One-upping Sally Franson: I was a UW-Madison College Republican

So the Isthmus went undercover: Sally Franson "infiltrated" the Dane County GOP. What do you think she found?

Well, she seems to have discovered that Republicans aren't actually baby-eating, Constitution-shredding monsters. Shocking, no? She also finds out that not all Republicans wear pearls! They are a mad bunch though -- although she may just mean angry, not completely insane, we're not sure.

What is interesting is the flip that's occurred. Remember when it was the angry Left? They were mad -- hey, there's that word again -- about lots of things. The stolen election. The Iraq War. The fact that Bush was still president (how'd that happen?). What have you. I guess the shoe is on the other foot now.

The second half of her article is more instructive, and hits at the reason I joined the College Republicans at Madison rather than any of their counterpart organizations, even though I opposed at least half of what the CRs did and stood for. You see, Franson discovered those kooky libertarian types:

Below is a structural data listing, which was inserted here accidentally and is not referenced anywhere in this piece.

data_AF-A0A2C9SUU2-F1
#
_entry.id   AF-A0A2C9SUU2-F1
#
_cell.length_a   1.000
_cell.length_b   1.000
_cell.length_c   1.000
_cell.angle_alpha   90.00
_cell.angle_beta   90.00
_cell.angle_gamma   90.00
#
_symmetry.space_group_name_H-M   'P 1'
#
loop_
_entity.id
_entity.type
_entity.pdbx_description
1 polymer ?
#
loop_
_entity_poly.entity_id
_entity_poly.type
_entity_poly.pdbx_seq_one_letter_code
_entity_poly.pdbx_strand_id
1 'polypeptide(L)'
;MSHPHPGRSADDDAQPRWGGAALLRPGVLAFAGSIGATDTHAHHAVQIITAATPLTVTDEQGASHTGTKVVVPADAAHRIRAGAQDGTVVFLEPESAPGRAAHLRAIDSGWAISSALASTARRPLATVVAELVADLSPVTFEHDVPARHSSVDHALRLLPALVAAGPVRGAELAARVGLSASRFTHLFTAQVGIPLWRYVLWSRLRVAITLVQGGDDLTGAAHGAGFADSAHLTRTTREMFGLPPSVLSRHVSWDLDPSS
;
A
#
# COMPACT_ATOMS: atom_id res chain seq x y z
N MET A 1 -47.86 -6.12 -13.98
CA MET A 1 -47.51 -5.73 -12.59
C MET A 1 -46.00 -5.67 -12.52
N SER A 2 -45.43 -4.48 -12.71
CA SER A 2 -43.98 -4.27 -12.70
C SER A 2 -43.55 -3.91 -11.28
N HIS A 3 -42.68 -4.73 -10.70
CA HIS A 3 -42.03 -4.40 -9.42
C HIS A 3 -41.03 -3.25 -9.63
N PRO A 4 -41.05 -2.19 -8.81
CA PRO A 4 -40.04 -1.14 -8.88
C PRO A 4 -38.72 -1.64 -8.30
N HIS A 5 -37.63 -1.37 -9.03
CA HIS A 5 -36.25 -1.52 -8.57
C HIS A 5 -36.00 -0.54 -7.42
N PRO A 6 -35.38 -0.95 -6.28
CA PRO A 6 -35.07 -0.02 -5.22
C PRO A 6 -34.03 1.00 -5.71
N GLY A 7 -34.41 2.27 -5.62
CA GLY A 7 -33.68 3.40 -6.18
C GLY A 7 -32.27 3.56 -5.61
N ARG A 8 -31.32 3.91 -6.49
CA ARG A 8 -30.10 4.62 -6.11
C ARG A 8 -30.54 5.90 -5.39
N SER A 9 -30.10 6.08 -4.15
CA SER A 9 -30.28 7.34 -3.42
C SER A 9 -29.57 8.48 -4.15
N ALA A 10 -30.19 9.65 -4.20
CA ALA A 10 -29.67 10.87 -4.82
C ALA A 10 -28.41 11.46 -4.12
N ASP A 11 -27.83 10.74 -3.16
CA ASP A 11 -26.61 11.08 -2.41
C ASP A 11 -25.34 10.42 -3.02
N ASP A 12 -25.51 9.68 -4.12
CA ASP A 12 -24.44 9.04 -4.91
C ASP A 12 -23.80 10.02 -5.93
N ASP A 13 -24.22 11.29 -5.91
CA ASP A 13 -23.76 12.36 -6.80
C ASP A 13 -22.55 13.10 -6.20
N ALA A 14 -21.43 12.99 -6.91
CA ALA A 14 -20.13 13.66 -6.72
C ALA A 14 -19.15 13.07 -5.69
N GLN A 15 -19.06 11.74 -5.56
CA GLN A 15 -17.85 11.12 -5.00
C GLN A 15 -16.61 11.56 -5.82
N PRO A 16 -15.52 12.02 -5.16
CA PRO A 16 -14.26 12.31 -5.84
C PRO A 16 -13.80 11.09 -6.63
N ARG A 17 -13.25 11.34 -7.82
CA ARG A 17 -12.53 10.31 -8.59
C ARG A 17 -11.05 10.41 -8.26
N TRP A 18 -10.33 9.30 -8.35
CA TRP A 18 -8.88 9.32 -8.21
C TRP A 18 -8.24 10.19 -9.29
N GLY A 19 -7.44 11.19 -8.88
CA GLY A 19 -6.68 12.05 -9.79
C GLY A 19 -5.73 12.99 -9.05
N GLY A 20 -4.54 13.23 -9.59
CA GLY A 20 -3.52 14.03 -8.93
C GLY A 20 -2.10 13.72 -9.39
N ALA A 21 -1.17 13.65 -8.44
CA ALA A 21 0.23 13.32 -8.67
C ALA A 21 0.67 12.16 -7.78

But there are also plenty of perfectly nice and intelligent people — people who went out of their way at GOP events to welcome me, and who just happen to have a drastically different perspective on the role of government. This gets lost when both parties paint the other as not only wrong, but morally abhorrent.

...As it turns out, Waksman is a Libertarian who has folded himself into the Republican Party of Dane County and supports, among other things, medical marijuana and equal rights for homosexuals. His social views may skew liberal, but he is staunchly against big government and believes in the inviolability of free markets. He is also dismayed by what he perceives as the county Democrats' inability to govern in a fiscally responsible manner.
What you find -- or at least, what I found -- was that in Madison, the orthodoxy is ascendant on the left. And that means that the right collects a bit more diversity, intellectually. It's still fairly stifling, perhaps -- Waksman expresses that. The GOP activists still tend to be the religious types, the true believers in the Republican mission. But if you look, there will be a pretty surprisingly wide range of views -- because the other options just don't really fit for a lot of people. And Franson motions toward that, without making it explicit -- that the range is pretty wide on the right, when you feel you don't have options elsewhere.